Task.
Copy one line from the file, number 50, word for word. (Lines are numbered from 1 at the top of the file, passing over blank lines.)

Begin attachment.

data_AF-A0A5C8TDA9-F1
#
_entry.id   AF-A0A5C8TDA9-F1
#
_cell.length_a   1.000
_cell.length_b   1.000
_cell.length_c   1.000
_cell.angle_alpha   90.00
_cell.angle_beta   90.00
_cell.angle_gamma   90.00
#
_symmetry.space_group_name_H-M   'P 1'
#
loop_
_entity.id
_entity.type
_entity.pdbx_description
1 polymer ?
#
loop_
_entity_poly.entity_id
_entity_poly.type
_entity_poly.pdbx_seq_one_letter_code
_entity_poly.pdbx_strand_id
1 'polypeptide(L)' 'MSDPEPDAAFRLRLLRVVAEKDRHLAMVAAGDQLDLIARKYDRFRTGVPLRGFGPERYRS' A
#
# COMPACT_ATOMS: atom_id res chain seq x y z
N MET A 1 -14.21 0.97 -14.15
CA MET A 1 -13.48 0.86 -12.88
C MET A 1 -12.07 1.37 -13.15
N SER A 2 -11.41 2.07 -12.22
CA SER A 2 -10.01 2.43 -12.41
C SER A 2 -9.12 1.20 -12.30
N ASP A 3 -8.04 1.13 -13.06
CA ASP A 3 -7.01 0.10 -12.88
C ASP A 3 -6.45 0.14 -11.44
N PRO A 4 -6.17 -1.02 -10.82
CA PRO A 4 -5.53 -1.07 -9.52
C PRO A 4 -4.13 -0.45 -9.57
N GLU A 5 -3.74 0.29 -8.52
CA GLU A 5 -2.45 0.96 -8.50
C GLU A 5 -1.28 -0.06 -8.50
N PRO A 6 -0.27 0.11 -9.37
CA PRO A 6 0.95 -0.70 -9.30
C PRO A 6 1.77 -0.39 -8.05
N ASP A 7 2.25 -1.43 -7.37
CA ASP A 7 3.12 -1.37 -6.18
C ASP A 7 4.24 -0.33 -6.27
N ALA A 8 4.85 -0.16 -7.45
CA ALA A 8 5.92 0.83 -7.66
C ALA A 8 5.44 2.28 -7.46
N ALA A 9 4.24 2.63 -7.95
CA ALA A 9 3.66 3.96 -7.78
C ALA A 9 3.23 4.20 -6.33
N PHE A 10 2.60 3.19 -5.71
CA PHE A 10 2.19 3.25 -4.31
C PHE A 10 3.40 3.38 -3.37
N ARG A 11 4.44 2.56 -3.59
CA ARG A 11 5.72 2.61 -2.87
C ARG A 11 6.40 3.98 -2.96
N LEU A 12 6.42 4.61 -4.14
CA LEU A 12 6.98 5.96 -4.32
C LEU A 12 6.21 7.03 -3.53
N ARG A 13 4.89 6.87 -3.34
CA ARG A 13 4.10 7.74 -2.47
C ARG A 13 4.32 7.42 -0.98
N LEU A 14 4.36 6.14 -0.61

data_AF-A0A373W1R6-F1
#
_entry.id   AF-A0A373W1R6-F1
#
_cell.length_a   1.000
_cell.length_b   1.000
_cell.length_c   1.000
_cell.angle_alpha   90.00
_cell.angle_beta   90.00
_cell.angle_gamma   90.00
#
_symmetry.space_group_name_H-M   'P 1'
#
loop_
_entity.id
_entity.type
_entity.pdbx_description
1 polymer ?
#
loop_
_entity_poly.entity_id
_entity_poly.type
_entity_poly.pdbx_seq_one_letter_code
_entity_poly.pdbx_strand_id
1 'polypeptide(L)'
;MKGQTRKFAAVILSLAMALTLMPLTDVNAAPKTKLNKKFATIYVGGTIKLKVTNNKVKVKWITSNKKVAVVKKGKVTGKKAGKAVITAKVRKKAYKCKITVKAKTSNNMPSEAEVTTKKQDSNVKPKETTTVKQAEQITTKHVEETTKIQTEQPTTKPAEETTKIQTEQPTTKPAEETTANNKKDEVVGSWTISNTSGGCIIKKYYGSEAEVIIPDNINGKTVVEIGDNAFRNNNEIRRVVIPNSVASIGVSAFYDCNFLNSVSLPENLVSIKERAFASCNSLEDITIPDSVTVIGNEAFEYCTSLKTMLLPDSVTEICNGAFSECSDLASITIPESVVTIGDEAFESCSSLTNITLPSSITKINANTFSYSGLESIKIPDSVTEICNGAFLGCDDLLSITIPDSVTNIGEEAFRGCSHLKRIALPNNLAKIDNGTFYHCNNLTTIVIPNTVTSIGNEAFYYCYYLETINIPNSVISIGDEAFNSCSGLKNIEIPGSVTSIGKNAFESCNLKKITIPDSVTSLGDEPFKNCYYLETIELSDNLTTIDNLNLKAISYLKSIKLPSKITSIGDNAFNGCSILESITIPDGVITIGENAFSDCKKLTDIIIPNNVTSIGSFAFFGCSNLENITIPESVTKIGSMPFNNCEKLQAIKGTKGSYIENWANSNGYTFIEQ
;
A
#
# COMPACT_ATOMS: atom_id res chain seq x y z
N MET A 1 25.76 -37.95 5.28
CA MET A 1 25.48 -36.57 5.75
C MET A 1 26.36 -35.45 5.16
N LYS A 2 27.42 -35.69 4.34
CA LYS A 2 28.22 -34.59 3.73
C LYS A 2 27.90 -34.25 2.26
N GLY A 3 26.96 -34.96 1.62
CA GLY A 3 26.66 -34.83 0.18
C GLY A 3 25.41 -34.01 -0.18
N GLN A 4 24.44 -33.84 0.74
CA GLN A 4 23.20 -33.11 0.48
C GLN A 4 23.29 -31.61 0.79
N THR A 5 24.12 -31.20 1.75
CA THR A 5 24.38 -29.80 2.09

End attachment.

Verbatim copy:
CA ALA A 8 5.92 0.83 -7.66